YouGov Impression scores for International, Domestic, Mid-Market, and Luxury cars, May & June 2011
Last week, we reported on June auto sales stats, which showed big gains for America's Big Three, as well as for German and Korean marques. But a new survey from YouGov hints that Detroit's triumphs may be short-lived if automakers don't begin to address some serious image problems.
YouGov is a major marketing survey firm that draws on a pool of 1.5 million respondents to determine how the public views certain companies. Those people rank the companies in question with numeric scores ranging from -100 (the pits) to 100 (perfection), with 0 indicating a neutral opinion. The scores measure "overall brand health incorporating sub-scores of quality, satisfaction, value, impression, reputation and willingness to recommend."
YouGov also tracks industry segments -- in our case, the domestic, international, mid-market, and luxury auto segments. The firm's most recent survey indicates that luxury and international marques are sitting firmly in positive territory, with scores ranging between 35 and 40. Domestic brands, on the other hand, seem to have lost their luster, slipping from a score of just under 20 at the beginning of May to below 5 in the latter part of June.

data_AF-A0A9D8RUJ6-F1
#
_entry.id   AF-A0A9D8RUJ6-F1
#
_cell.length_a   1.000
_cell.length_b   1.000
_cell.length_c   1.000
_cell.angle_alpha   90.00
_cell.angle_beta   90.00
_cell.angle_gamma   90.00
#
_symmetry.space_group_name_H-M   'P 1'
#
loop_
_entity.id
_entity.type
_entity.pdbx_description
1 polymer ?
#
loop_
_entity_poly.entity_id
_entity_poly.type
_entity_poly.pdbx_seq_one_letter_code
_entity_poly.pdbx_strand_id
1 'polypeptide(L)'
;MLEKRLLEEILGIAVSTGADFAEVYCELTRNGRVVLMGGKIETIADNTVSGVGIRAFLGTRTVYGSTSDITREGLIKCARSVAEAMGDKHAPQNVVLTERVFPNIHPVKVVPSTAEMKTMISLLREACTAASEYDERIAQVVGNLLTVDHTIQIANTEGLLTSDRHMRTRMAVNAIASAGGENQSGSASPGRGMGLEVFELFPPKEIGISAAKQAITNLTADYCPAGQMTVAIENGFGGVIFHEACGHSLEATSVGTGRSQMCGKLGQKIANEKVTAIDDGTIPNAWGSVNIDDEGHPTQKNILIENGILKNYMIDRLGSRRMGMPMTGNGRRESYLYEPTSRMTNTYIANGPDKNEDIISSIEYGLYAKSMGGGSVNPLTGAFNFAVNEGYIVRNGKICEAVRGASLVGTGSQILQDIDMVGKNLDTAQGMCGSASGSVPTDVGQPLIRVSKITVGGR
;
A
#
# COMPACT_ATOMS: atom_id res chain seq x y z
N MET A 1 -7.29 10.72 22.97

The company attributes Detroit's problems to quality issues, citing 11 recent Chrysler recalls and the Big Three's ongoing problems with telematics systems (the kind of problems that caused Ford to tumble in J.D. Power's latest Initial Quality survey). Although YouGov doesn't hazard any guesses about why international and luxury brands are doing so well, we'd suggest that maybe (a) they're benefiting from Detroit's troubles, and (b) the economic recovery has made luxury rides more attractive again.
Of course, what consumers say (on surveys) and what they do (in showrooms) aren't always the same thing. That may explain the discrepancy between June's sales stats and Detroit's poor brand performance. But the Big Three are clearly suffering from image problems -- even Ford, which didn't have to recover from the stigma of taking federal bailout dollars during the recession. That may not have an impact on sales now, but down the road...well, that's a different story.